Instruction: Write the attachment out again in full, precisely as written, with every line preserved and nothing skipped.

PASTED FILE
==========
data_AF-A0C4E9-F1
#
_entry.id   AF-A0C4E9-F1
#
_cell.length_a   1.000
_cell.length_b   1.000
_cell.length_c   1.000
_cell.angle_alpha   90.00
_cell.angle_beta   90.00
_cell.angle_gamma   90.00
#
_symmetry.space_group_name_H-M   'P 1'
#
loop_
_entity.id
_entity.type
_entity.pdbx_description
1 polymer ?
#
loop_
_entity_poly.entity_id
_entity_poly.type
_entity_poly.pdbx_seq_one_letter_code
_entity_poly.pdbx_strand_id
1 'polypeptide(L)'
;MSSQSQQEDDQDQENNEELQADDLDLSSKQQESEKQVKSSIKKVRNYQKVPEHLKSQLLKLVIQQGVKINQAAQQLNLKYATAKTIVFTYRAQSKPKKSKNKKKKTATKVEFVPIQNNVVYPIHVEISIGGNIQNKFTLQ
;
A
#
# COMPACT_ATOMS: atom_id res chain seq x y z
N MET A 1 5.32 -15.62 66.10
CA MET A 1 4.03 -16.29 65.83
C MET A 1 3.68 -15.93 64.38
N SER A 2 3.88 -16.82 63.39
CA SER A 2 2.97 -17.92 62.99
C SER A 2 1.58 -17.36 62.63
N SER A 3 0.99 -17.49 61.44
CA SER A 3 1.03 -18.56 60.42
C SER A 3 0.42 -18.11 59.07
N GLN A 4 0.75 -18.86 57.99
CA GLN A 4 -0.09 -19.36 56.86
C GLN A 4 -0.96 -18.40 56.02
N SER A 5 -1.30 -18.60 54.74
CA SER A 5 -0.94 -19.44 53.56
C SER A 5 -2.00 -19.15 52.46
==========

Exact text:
data_AF-A0C4E9-F1
#
_entry.id   AF-A0C4E9-F1
#
_cell.length_a   1.000
_cell.length_b   1.000
_cell.length_c   1.000
_cell.angle_alpha   90.00
_cell.angle_beta   90.00
_cell.angle_gamma   90.00
#
_symmetry.space_group_name_H-M   'P 1'
#
loop_
_entity.id
_entity.type
_entity.pdbx_description
1 polymer ?
#
loop_
_entity_poly.entity_id
_entity_poly.type
_entity_poly.pdbx_seq_one_letter_code
_entity_poly.pdbx_strand_id
1 'polypeptide(L)'
;MSSQSQQEDDQDQENNEELQADDLDLSSKQQESEKQVKSSIKKVRNYQKVPEHLKSQLLKLVIQQGVKINQAAQQLNLKYATAKTIVFTYRAQSKPKKSKNKKKKTATKVEFVPIQNNVVYPIHVEISIGGNIQNKFTLQ
;
A
#
# COMPACT_ATOMS: atom_id res chain seq x y z
N MET A 1 5.32 -15.62 66.10
CA MET A 1 4.03 -16.29 65.83
C MET A 1 3.68 -15.93 64.38
N SER A 2 3.88 -16.82 63.39
CA SER A 2 2.97 -17.92 62.99
C SER A 2 1.58 -17.36 62.63
N SER A 3 0.99 -17.49 61.44
CA SER A 3 1.03 -18.56 60.42
C SER A 3 0.42 -18.11 59.07
N GLN A 4 0.75 -18.86 57.99
CA GLN A 4 -0.09 -19.36 56.86
C GLN A 4 -0.96 -18.40 56.02
N SER A 5 -1.30 -18.60 54.74
CA SER A 5 -0.94 -19.44 53.56
C SER A 5 -2.00 -19.15 52.46